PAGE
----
Dr. Paul Rono
Lex Lindeman – HR Boosters
Dr. Paul Rono – Kenyatta University (Nairobi)
In our previous post Leadership Development in Africa – Part 1, we explored the characteristics of effective leaders and the way to develop them. One of the important competencies of effective African leaders is delegation. In many African public and private companies, management asks us to focus on delgation during workshops we conduct for their staff. It seems to them that African managers, especially, need to learn to delegate more than they do already.
The main purpose of delegation is to make organizations possible. Just as no one person in an organization or enterprise can perform all tasks necessary for the accomplishment of group purpose; so is it impossible, as an organization grows, for one person to exercise all the authority for making decisions.
If managers delegate poorly it will cause demotivation, frustration, slow decision making and the manager will have no time for his or her subordinates. Good delegation will save time, ensure a better distribution of workload, and ultimately lead to better decisions. And, effective delegation will help to develop, empower and motivate subordinates.
Why Managers Don’t Delegate
Some managers think that no one else can do the job the way they want it done, how they want it done and when they want it done. They think it’s easier and more efficient to do it on their own, and they believe that they can do it better than their employees. These assumptions are incorrect!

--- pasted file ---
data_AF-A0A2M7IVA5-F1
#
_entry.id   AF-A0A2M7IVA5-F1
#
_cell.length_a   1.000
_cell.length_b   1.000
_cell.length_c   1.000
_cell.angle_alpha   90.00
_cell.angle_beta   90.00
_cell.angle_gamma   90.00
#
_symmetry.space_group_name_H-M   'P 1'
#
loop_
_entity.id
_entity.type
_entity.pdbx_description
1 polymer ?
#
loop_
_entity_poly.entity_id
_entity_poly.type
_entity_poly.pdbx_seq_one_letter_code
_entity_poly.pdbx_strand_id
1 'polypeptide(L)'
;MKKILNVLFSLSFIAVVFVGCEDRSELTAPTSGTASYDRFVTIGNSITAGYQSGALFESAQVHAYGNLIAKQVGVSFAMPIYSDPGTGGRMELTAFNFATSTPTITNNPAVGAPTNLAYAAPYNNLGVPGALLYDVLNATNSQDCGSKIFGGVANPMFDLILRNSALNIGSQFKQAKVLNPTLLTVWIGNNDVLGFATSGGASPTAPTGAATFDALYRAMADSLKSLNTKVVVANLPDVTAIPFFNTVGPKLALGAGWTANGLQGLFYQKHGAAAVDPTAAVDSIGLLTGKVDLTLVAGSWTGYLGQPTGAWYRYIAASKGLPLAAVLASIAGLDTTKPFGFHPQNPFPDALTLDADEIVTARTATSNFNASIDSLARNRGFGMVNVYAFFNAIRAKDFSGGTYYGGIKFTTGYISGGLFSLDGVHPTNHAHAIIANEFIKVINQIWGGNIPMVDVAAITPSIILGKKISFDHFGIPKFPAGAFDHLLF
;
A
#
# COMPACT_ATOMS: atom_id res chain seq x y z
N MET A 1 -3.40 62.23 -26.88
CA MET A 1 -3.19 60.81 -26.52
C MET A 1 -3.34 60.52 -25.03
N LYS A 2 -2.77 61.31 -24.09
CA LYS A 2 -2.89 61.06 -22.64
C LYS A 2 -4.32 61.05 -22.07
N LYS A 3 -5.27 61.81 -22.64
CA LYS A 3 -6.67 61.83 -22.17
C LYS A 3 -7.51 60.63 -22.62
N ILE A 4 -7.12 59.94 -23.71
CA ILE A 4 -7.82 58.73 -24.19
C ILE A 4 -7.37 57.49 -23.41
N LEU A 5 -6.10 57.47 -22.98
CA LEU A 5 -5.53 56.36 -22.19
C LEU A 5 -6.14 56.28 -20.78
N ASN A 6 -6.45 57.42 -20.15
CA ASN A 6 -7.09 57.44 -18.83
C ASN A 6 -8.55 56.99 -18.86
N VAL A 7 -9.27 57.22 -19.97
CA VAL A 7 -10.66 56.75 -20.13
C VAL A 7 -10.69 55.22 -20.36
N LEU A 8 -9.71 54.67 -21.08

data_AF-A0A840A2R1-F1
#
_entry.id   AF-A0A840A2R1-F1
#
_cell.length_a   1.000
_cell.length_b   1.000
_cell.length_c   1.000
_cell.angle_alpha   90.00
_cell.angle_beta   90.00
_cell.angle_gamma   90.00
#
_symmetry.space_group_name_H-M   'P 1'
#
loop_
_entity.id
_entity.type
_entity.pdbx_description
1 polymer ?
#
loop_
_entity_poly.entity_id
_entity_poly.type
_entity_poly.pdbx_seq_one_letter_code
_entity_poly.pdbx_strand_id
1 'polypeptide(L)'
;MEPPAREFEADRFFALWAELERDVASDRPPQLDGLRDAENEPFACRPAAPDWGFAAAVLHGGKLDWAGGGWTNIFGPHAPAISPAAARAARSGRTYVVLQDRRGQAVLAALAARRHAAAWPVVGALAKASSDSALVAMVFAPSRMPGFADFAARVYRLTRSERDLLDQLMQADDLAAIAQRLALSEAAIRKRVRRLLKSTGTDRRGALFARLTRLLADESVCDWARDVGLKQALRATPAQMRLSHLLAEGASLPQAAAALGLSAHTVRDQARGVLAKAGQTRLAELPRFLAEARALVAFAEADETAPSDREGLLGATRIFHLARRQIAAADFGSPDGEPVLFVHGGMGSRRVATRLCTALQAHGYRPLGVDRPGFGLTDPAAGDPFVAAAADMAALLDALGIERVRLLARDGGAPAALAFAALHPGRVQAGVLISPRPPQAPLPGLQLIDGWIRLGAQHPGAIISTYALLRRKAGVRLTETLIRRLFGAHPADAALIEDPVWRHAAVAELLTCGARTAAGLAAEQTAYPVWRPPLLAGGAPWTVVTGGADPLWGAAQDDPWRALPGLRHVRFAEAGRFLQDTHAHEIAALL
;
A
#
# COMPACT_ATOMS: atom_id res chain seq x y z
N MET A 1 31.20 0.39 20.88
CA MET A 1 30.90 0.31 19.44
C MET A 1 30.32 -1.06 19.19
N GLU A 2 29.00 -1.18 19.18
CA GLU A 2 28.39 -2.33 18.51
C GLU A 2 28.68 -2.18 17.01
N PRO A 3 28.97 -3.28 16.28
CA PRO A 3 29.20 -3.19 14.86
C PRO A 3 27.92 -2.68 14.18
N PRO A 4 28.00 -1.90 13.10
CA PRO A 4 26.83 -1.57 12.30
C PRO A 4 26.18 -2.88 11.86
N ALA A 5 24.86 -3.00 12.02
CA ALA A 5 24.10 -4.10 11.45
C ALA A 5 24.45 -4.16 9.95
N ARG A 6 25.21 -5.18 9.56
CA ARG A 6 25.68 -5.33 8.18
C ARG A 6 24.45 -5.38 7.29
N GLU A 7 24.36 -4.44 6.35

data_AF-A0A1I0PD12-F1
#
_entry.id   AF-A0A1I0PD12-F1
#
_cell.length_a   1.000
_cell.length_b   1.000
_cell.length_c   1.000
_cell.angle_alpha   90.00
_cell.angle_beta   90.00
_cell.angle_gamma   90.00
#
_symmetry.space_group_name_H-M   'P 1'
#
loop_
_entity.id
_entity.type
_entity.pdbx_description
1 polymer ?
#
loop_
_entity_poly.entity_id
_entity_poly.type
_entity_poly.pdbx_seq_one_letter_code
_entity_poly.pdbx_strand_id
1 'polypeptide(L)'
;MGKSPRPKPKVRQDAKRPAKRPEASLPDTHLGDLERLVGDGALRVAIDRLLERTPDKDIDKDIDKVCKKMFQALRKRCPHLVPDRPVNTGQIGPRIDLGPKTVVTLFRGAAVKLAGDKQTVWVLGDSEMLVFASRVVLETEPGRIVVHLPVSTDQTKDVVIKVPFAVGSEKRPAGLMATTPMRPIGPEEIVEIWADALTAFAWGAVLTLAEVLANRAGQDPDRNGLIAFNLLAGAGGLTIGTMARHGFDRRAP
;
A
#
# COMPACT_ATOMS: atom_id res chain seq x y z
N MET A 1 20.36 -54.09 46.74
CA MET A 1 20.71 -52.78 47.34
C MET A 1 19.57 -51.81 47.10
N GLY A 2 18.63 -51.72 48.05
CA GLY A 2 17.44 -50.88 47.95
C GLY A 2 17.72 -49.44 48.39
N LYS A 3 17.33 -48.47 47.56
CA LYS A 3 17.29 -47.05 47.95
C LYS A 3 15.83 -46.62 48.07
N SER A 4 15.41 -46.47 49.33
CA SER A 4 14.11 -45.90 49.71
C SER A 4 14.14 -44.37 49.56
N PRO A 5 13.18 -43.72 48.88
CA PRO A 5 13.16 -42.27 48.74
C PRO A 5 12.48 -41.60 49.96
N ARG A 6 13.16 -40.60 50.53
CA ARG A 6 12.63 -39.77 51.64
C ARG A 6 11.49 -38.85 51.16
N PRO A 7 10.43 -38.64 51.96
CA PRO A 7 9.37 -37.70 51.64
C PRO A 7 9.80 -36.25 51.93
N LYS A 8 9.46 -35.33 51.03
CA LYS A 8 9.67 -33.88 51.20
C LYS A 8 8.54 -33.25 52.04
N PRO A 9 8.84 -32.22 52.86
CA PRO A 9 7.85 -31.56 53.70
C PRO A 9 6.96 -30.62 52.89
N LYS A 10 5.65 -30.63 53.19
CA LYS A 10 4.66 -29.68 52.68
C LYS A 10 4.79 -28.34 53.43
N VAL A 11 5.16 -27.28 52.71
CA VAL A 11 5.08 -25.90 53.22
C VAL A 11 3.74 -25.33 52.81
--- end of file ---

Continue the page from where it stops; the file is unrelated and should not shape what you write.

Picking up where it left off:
Managers are not sure how to do delegate correctly. Here are some of the excuses I’ve heard over the years:
- “My team members lack the experience.”
- “It takes more time to explain than to do the job myself.”
- “A mistake by a team member could be costly for my project.”
- “My position enables me to get quicker action.”
- “There are some things that I shouldn’t delegate to anyone.”
- “My team members are specialists and they lack the overall knowledge that many of my decisions require.”
I came across this small quote in New African, June 2009 by Akua Djanie:
“I don’t know what it is about Africans, but we are afraid of, and shy away from, the idea of delegating someone to take our place when we are unavailable, is it because we think the person we delegate to will do a better job than us? Is it because we want to be seen as the one in charge; the one that can make or break the company, the project or the team? It is unbelievable, but from our post offices, to our small-scale businesses, and to the multinationals, it seems that everyone in Africa is scared to delegate.
Delegation shows the effectiveness of teamwork, because no matter how wonderful someone is at their job, no person is an island. And no project or company can function with only an individual. What delegation shows is that even if a particular person is unavailable, the project, team or company can still proceed because that person has put mechanisms in place to ensure the smooth running of operations. So rather than see delegation as a threat to their positions, Africans should embrace delegation as a strength. It simply does not make sense for everything to come to a standstill because one person is not available or one person is trying to do everything by him- or herself.”
But delegation is not only an issue in Africa; in institutions in the rest of the world, managers struggle with the same issues.